Now, I've been living in this new year of 2009 for 14 hours now, and I have already read a book, so things are going pretty well in that department.  I started this book just after midnight, got about eleven pages read, decided I needed some sleep, got up and since about 10am, I have been reading this book.  Not constantly, but for the most part.  

It's a great book, much in the way that books like The Great Gatsby are great.  I know that some people have sheer dislike for Gatsby, mainly because they were forced to read it during school, at a time in their life when they just couldn't enjoy it.  That was the time of life I read Great Gatsby, and I loved it at school, but I appeared to be one of the few. 

This book deserves its spot on the list, and if it were ever to be removed, I would say there will be hell to pay for Dr Peter Boxall who is basically the one who edits this book all together, and goes through it etc etc.  You know what I mean.  Perhaps.

Basically the book centers around two guys who go to work at a farm.  One of them is mentally disabled, and so has trouble understanding exactly what is going on, the other looks out for him, and makes sure he doesn't get into trouble.  The book is short, and moves quickly, so it won't take you very long.  My version was 120 pages.  I recommend getting the version printed in "Popular Penguin", the cheap ones with the orange covers.  If you're in Australia (or New Zealand), you'll know the ones. I'm not sure if they're printed elsewhere.  The font in this one is extraordinarily good.  The size is just perfect.  I'm the kind of person who doesn't particularly enjoy small fonts.  Not those oversized large print ones, but the sensible size 12 fonts, those are good.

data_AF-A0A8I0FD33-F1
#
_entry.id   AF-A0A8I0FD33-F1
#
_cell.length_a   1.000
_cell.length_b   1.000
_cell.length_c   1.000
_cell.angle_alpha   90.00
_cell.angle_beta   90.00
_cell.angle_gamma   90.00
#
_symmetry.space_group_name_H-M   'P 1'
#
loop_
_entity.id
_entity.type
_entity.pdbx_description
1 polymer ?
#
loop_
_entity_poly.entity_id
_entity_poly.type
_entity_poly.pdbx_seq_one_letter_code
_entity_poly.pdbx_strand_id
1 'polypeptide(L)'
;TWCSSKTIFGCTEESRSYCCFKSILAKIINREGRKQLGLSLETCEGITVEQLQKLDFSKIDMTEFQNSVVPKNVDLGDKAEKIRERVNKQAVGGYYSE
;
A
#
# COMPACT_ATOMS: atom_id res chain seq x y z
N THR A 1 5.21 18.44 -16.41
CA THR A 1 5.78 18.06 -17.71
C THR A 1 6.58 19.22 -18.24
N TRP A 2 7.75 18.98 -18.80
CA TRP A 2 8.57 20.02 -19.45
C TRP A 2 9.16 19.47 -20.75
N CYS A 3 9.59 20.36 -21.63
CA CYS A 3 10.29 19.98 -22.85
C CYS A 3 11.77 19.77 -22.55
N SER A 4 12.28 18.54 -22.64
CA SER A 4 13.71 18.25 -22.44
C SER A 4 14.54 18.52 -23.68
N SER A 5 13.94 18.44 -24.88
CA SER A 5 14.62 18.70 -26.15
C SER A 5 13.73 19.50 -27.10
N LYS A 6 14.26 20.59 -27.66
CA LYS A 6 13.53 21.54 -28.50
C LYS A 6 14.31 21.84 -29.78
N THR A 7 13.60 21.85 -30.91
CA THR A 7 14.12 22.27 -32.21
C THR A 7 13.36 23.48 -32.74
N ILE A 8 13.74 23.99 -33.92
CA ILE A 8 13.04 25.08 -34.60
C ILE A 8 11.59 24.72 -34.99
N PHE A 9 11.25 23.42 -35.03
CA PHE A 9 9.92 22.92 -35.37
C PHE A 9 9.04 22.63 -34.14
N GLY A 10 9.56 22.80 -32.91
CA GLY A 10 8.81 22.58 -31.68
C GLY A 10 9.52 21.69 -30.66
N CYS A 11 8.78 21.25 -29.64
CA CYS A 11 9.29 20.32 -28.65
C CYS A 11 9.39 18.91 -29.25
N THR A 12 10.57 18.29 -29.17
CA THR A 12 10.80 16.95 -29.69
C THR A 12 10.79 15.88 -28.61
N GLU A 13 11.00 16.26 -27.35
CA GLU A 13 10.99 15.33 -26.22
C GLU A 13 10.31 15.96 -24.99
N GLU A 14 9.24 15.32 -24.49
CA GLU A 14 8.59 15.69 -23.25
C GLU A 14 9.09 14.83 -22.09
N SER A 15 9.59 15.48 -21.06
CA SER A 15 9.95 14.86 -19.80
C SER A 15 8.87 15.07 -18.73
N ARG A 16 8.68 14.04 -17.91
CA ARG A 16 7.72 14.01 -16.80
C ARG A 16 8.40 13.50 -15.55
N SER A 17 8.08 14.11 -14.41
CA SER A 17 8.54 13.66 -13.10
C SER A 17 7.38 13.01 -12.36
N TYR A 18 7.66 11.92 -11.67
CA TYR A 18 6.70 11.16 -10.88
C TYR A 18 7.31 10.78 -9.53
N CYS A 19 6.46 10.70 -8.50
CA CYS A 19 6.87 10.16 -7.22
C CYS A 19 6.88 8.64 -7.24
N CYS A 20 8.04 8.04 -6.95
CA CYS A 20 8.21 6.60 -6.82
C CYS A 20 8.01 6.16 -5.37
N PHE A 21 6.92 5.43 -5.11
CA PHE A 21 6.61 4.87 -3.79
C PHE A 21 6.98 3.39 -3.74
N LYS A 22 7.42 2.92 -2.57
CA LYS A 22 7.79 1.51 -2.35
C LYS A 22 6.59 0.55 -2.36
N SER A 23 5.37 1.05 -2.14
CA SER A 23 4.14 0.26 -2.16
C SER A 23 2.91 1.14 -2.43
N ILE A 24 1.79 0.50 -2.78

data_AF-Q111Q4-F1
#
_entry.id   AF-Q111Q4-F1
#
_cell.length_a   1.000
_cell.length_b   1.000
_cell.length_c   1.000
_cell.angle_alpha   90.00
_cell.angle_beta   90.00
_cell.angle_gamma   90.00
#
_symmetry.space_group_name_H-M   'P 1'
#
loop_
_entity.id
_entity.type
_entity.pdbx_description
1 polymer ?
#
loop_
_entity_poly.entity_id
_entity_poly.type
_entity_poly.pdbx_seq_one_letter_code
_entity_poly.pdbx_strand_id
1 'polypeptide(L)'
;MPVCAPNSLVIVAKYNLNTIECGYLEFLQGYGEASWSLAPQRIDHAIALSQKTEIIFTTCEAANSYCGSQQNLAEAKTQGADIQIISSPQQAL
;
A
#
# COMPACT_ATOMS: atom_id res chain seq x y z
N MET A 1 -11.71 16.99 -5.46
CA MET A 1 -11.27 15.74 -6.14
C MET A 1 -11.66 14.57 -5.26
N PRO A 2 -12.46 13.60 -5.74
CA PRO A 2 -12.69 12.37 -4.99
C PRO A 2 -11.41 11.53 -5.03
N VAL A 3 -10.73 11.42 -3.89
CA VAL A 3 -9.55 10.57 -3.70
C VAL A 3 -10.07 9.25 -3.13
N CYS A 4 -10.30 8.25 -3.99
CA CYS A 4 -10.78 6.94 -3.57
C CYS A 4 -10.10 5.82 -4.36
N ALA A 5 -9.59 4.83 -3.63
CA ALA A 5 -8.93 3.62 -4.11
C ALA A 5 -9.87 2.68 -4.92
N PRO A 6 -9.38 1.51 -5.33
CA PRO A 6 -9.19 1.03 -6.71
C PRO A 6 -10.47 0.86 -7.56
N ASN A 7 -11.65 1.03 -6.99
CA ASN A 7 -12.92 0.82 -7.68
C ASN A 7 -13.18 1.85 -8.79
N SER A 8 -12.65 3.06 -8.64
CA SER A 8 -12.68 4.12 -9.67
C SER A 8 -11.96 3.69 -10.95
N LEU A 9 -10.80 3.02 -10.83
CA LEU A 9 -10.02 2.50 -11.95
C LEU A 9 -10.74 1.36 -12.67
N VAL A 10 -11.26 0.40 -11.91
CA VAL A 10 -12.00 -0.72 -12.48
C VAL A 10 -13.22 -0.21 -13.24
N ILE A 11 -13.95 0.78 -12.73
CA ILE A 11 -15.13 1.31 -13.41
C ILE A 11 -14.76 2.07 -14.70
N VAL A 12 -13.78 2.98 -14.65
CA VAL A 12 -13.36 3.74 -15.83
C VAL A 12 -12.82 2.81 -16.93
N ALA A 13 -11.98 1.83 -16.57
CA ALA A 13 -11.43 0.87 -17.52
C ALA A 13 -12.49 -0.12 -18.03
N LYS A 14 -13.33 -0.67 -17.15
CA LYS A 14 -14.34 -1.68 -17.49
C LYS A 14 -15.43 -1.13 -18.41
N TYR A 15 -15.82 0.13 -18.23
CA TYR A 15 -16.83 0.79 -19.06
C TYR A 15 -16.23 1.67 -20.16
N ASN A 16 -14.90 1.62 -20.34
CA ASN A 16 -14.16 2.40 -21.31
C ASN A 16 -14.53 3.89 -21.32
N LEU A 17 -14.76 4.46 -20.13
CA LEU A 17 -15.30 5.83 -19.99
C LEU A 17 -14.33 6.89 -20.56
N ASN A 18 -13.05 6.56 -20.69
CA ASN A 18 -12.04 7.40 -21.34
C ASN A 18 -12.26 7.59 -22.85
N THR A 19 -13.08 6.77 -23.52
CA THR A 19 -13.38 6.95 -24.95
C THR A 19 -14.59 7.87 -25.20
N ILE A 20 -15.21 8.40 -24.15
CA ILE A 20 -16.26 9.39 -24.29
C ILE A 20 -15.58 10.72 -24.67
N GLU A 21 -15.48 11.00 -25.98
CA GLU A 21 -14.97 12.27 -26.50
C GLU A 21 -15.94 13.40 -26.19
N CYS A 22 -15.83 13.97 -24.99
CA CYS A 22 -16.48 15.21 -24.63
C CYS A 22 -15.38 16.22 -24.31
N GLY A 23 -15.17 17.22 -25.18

Anywho, that's really all I had to say on this book, hope you have a great reading year! 

Tuesday, December 30, 2008

2009: The year for achievement